The 2018 CDKL5 Progam of Excellence grant program is now open.
Letters of interest have been reviewed, and we are accepting full applications by invite-only. Please read the RFA before submitting your full application.
The ODC and Loulou Foundation CDKL5 Pilot Grant Program provides a one‐year grant for $150,000.00 (total cost) to support research related to CDKL5 Deficiency Disorder (CDD). The number of awards may vary.
CDD is a monogenic, orphan condition characterized by treatment-resistant epilepsy and severe cognitive and motor disability. The disease is driven by the loss of a kinase called CDKL5 which is responsible for normal neuronal development, synapse formation and signal transmission. The mechanism(s) by which CDKL5 Deficiency leads to CNS disease is unclear. The gene encoding this protein is located on the X chromosome with heterozygous females primarily affected. The disease does not exhibit neurodegeneration and animal models strongly suggest the potential for reversibility. There are no approved therapies and standard of care is not effective at managing seizures or improving cognitive or motor deficits.
We are seeking grant applications that progress the discovery or development of treatments and/or a cure for CDKL5 Deficiency. We recognize, however, that many gaps exist in the basic understanding of CDKL5 and its role in neurologic development. Therefore basic science projects that address these gaps are welcome as long as they are tethered to the development of a potential therapy. While the RFA is broad in scope, priority will be given to grants that cover the following areas:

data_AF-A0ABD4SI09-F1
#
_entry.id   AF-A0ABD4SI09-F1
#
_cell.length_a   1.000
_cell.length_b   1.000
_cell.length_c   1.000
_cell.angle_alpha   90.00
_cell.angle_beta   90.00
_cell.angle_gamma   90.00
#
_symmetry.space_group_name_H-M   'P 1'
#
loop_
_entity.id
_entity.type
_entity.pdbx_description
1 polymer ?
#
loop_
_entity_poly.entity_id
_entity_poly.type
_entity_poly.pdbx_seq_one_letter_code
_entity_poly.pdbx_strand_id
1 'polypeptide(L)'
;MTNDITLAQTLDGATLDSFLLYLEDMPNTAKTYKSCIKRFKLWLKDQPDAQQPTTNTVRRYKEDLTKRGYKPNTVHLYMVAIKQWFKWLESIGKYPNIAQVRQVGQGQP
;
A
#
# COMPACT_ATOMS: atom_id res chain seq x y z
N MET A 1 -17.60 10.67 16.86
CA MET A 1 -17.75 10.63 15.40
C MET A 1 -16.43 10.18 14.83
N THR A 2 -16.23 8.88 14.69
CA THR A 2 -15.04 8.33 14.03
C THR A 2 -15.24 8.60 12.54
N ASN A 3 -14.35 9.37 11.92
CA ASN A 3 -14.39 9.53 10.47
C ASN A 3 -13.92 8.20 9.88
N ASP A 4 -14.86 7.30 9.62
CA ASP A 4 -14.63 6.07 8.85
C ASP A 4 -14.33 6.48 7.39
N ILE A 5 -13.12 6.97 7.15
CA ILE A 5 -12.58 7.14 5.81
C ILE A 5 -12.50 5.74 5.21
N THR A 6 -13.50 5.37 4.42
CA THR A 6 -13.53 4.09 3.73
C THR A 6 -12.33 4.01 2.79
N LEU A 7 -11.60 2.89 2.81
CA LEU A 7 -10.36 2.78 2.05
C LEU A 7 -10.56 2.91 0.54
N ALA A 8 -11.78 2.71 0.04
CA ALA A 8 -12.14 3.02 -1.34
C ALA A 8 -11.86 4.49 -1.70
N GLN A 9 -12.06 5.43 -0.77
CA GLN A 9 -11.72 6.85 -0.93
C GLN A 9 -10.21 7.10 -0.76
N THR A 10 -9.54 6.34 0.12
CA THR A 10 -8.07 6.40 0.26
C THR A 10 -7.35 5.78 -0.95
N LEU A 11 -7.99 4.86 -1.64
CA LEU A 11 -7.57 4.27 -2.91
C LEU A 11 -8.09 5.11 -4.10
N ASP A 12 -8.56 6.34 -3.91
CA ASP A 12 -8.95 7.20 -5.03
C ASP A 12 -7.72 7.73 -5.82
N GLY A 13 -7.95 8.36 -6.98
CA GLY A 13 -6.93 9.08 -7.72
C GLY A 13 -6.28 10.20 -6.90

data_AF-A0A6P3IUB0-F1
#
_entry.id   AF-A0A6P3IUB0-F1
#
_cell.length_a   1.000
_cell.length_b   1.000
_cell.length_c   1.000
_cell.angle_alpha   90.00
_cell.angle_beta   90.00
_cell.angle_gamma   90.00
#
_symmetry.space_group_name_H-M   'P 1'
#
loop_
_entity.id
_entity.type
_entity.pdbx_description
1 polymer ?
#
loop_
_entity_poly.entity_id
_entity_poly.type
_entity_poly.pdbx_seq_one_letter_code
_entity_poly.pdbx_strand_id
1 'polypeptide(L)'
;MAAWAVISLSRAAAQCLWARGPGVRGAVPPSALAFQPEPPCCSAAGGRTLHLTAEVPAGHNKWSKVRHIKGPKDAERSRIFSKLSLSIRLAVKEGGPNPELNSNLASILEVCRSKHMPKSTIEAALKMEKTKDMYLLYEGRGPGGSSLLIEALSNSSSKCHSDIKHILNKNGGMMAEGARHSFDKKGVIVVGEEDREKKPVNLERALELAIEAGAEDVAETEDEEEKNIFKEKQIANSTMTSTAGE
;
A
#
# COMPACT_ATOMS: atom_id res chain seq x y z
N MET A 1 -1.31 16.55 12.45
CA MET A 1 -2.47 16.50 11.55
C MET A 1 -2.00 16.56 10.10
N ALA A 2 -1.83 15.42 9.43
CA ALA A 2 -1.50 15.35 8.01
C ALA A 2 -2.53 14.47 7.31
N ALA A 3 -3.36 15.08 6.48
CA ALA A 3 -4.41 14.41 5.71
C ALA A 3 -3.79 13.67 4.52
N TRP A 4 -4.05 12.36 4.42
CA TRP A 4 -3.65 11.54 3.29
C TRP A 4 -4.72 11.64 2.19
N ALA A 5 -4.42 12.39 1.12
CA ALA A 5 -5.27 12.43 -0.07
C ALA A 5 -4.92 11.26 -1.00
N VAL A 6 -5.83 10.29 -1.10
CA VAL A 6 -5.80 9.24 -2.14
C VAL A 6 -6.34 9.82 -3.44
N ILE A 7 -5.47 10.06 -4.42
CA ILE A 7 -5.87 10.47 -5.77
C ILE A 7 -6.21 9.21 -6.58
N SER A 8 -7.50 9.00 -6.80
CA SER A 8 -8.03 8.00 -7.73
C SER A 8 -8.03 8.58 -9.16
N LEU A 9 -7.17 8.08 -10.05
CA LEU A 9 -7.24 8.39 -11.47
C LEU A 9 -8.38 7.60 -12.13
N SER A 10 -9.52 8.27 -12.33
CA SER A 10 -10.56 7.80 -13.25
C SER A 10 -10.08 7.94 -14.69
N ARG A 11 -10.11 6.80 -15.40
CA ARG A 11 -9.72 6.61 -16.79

- Novel therapeutic approaches for CDKL5 Deficiency Disorder (CDD), including but not limited to techniques in genome editing, RNA-based mechanisms, biologics, and small molecule repurposing.
- Approaches to validate phenotypes in CDKL5 function or disease pathophysiology through rescue of phenotypic deficits with pharmacological or genetic / gene therapy techniques. Phenotypic reversal in rodent models will focus on the use of adult (2 months of age or older) animals. In particular, approaches are encouraged which allow the identification of individual CDKL5 protein isoforms (arising from alternative splicing, alternative promoter usage, or post-translational modifications) which can rescue these phenotypes.
- Systems biology and computational modeling approaches to provide a deeper understanding of CDKL5 function, downstream effectors, signaling, protein:protein interactors, or modifiers, including regulators of CDKL5 gene expression (transcriptional, post-transcriptional/RNA processing, translational, post-translational).
- Novel imaging and functional approaches to phenotyping CDD in pre-clinical models or the clinical setting. A non-exclusive list of topics that would be responsive to this RFA is listed below
- Functional/structural MRI; diffusion tensor imaging (DTI)
- Magnetic resonance spectroscopy (MRS)
- Stimulus-induced event-related potentials: impact of CDKL5 genetic / gene therapy or pharmacological interventions on deficits in stimulus-induced event potentials (visual, auditory, or other) in CDD disease models
- Discovery and validation of CDKL5 biomarkers and their translation to the clinical setting.